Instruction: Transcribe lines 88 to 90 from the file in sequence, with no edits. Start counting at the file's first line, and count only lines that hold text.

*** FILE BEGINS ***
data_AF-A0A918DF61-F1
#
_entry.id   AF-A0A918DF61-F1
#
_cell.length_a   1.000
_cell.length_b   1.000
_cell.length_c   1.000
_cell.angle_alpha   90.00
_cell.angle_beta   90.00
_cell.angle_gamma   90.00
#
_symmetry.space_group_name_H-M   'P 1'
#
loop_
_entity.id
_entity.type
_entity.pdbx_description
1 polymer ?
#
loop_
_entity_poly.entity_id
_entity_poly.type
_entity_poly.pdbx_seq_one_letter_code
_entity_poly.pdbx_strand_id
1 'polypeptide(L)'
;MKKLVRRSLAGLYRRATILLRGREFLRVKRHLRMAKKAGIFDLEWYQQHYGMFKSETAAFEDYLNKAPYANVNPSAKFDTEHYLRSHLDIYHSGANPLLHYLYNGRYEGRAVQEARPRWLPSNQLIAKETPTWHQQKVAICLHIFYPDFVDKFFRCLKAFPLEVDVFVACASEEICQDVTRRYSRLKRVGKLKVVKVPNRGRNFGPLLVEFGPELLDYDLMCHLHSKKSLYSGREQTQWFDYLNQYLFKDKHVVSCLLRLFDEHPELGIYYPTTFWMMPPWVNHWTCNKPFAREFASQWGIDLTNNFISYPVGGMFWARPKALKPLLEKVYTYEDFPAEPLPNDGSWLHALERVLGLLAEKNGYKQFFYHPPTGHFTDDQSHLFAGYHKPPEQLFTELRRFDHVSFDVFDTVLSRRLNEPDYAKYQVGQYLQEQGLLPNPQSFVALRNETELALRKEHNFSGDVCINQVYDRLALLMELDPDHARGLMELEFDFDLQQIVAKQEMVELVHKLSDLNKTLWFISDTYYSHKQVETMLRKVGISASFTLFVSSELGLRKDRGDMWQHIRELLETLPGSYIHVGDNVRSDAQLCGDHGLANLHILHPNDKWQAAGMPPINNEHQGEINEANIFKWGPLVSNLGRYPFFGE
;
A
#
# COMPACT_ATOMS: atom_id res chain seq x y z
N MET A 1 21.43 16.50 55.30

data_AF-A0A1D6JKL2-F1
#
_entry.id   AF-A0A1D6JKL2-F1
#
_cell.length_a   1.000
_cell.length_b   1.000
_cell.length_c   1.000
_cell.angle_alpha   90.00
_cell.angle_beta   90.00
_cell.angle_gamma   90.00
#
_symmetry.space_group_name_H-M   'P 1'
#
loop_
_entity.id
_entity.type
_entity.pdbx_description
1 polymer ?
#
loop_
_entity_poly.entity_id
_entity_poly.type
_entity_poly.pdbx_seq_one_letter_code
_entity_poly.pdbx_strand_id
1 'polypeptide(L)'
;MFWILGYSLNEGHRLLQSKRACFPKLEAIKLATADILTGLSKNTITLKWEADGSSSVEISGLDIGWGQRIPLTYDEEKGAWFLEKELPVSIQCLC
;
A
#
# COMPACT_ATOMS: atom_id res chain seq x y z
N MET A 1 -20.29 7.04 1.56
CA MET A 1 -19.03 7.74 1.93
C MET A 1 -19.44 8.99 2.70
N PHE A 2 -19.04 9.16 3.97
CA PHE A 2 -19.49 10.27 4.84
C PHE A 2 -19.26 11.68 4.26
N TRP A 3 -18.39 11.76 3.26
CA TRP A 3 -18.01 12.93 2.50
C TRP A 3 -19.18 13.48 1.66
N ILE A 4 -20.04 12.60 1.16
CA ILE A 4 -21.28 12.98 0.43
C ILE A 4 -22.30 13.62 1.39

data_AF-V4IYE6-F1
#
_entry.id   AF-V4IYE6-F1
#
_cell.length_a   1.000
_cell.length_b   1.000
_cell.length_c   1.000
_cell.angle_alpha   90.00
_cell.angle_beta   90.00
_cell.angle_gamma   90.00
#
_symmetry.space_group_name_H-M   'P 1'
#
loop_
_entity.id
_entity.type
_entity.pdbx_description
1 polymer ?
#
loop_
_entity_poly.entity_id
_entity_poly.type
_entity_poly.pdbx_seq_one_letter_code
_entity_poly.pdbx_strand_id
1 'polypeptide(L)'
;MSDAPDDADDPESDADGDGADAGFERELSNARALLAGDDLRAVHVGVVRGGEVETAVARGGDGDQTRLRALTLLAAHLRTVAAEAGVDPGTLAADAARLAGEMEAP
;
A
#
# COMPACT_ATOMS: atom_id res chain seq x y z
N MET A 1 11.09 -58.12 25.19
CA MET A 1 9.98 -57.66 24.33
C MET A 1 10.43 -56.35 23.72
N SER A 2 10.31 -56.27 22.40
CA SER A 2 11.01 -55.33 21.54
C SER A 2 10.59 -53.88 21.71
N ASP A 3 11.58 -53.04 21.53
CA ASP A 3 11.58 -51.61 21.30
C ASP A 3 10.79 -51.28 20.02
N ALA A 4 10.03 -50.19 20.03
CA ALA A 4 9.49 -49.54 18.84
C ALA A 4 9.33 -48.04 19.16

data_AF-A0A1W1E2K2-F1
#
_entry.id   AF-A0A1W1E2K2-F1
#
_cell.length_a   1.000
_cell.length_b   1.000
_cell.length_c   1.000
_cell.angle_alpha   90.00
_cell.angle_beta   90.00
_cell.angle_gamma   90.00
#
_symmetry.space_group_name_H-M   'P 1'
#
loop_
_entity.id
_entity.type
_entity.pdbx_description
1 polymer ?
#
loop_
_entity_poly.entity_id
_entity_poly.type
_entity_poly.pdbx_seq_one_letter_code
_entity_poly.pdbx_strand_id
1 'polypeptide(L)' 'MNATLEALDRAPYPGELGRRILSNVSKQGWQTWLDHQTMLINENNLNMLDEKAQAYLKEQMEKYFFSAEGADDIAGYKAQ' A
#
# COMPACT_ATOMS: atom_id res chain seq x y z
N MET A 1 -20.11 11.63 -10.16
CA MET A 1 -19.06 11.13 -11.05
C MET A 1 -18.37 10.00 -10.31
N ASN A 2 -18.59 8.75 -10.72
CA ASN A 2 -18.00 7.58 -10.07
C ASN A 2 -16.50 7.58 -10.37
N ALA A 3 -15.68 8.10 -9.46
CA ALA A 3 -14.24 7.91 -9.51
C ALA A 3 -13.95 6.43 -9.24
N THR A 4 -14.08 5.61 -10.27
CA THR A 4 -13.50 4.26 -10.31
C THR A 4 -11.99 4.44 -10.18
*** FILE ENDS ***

_entity.id
_entity.type
_entity.pdbx_description